purple loosestrife

Lythrum salicaria

   

Family: Lythraceae

Other common names: spiked loosestrife

Weed Class: B

Year Listed: 1988

Native to: Europe, Asia, Australia and Northern Africa

Toxic: not known to be

Other Legal Listings: WA Quarantine list, WAC 16-750

additional photos

 

   

Why is it a noxious weed?

Purple loosestrife is a vigorous competitor and can crowd out other vegetation including native species. It can quickly dominate a site and adapt to environmental changes. Loosestrife stands provide poor cover for waterfowl.

How would I identify it?

General Description: Purple loosestrife is an emergent aquatic plant. It can reach up to 10 feet tall and 5 feet wide and has a persistent, perennial tap root and spreading rootstock.

Flower Description: Flowers are densely clustered on a 4-16 inch terminal flowering spike. Flowers are showy and magenta with 5 to 7 petals.

Leaf Description: Leaves are alternate, opposite or in whorls of 3. They are 1.5 to 4 inches long, lance-shaped to narrowly oblong and sometimes are covered with fine hairs.

Stem Description: Stems are herbaceous and upright, branched or unbranched and somewhat square with 4 to 6 sides. Each plant may have 30 to 50 stems with flowers that form at the ends.

Fruit/Seed Description: Seeds are in capsules.

May be confused with: Native spirea (Spirea douglasii) and fireweed (Chamerion angustifolium, syn. Epilobium augustifolium) look similar to purple loosestrife. If you need help with plant identification, please contact  your county noxious weed coordinator.

How does it reproduce?

Purple loosestrife reproduces by seed and vegetatively by stems fragments in favorable conditions. A mature plant can produce 2.7 million thin-walled, flat seeds.
 

Where does it grow?

Purple loosestrife occurs in freshwater and brackish wetlands as well as streams, marshes and other habitats with moist ground or standing water.Please click here to see a county level distribution map of purple loosestrife in Washington.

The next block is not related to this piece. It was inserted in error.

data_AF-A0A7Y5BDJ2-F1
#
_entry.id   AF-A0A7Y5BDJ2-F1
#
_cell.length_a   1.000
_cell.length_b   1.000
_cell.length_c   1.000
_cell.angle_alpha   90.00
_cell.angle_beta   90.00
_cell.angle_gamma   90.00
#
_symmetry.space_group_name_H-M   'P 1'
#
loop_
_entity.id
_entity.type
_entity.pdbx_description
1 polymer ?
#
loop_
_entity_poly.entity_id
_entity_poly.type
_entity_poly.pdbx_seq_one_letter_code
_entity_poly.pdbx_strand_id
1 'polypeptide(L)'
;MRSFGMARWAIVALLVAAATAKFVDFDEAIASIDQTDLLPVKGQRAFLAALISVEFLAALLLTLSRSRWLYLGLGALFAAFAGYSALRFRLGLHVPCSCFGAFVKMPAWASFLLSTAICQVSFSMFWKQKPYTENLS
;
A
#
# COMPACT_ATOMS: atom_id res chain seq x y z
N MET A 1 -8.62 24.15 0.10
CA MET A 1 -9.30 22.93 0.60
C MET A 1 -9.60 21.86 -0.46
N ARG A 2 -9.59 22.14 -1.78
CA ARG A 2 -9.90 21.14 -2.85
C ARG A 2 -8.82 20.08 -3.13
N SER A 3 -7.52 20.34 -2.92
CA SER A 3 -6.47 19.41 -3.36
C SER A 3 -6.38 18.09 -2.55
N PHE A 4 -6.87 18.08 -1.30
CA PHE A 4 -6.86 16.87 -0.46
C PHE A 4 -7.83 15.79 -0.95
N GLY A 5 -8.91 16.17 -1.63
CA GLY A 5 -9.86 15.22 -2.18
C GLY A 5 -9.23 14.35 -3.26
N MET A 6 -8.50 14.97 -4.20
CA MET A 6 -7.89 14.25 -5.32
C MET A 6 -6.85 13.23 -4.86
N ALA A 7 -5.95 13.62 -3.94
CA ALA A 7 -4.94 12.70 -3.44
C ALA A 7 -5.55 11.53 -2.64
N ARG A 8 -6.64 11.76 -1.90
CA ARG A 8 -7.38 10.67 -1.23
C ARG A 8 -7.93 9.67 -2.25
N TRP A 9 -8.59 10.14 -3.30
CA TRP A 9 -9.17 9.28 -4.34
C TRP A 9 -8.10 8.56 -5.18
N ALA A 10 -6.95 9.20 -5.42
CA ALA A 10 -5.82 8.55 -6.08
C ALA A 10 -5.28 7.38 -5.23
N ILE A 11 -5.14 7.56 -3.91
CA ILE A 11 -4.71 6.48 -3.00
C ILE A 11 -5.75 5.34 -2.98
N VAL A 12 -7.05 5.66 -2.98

How do I control it?

Mechanical Control

Cutting alone is not a control option for purple loosestrife. Shoots and adventitious roots will develop.

Cultural Control

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Biological Control

Loosestrife beetles, Galerucella calmariensis and Galerucella pusilla, adults and larvae impact plant growth and reproduction by feeding heavily on the plant's leaves, stems and buds. The loosestrife root weevil, Hylobius transversovittatus adults feed on plant foliage and the larvae feed within the roots.The loosestrife seed weevil, Nanophyes marmoratus, adults and larvae impact the plants by feeding on unopened flower buds. For more information about these biological control agents of purple loosestrife, please visit WSU Extension Integrated Weed Control Project.

Herbicide Control

Because herbicide availability and regulation differ between states, we recommend the Washington Department of Ecology website for information on aquatic weed management and herbicides, or contact your county noxious weed coordinator.


 

For more information

 
See our postcard for early detection information about purple loosestrife.
See our Written Findings for more information about purple loosestrife (Lythrum salicaria).
Whatcom County Noxious Weed Control Board fact sheet

Additional Photos


 
 

 


Purple loosestrife in bloom

 


Purple loosestrife infestation

 


Purple loosestrife in flower

 


upperside of leaf

 


underside of leaf

 


Purple loosestrife in bloom

 


Purple loosestrife flowers

 


Purple loosestrife infestation

 


in bloom

 


blooming flower spikes

 


blooming infestation

 


blooming plant

    

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